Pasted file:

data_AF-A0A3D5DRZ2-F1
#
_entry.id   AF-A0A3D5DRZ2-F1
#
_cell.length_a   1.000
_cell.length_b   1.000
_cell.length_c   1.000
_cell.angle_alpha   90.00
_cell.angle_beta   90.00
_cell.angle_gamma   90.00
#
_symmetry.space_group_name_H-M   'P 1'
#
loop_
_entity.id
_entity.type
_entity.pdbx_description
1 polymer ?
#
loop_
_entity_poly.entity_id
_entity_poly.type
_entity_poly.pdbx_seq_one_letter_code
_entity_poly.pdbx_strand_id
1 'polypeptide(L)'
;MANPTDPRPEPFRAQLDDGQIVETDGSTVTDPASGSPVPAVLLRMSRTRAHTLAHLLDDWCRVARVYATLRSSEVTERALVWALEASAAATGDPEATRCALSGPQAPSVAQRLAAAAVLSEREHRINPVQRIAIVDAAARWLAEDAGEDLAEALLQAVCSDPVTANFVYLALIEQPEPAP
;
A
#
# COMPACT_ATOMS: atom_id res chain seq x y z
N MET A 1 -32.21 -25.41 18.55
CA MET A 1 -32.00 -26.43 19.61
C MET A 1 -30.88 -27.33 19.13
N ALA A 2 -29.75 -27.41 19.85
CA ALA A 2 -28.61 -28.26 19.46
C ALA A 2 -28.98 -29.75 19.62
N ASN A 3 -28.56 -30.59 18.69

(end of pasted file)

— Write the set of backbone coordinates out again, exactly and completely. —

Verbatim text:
data_AF-A0A3D5DRZ2-F1
#
_entry.id   AF-A0A3D5DRZ2-F1
#
_cell.length_a   1.000
_cell.length_b   1.000
_cell.length_c   1.000
_cell.angle_alpha   90.00
_cell.angle_beta   90.00
_cell.angle_gamma   90.00
#
_symmetry.space_group_name_H-M   'P 1'
#
loop_
_entity.id
_entity.type
_entity.pdbx_description
1 polymer ?
#
loop_
_entity_poly.entity_id
_entity_poly.type
_entity_poly.pdbx_seq_one_letter_code
_entity_poly.pdbx_strand_id
1 'polypeptide(L)'
;MANPTDPRPEPFRAQLDDGQIVETDGSTVTDPASGSPVPAVLLRMSRTRAHTLAHLLDDWCRVARVYATLRSSEVTERALVWALEASAAATGDPEATRCALSGPQAPSVAQRLAAAAVLSEREHRINPVQRIAIVDAAARWLAEDAGEDLAEALLQAVCSDPVTANFVYLALIEQPEPAP
;
A
#
# COMPACT_ATOMS: atom_id res chain seq x y z
N MET A 1 -32.21 -25.41 18.55
CA MET A 1 -32.00 -26.43 19.61
C MET A 1 -30.88 -27.33 19.13
N ALA A 2 -29.75 -27.41 19.85
CA ALA A 2 -28.61 -28.26 19.46
C ALA A 2 -28.98 -29.75 19.62
N ASN A 3 -28.56 -30.59 18.69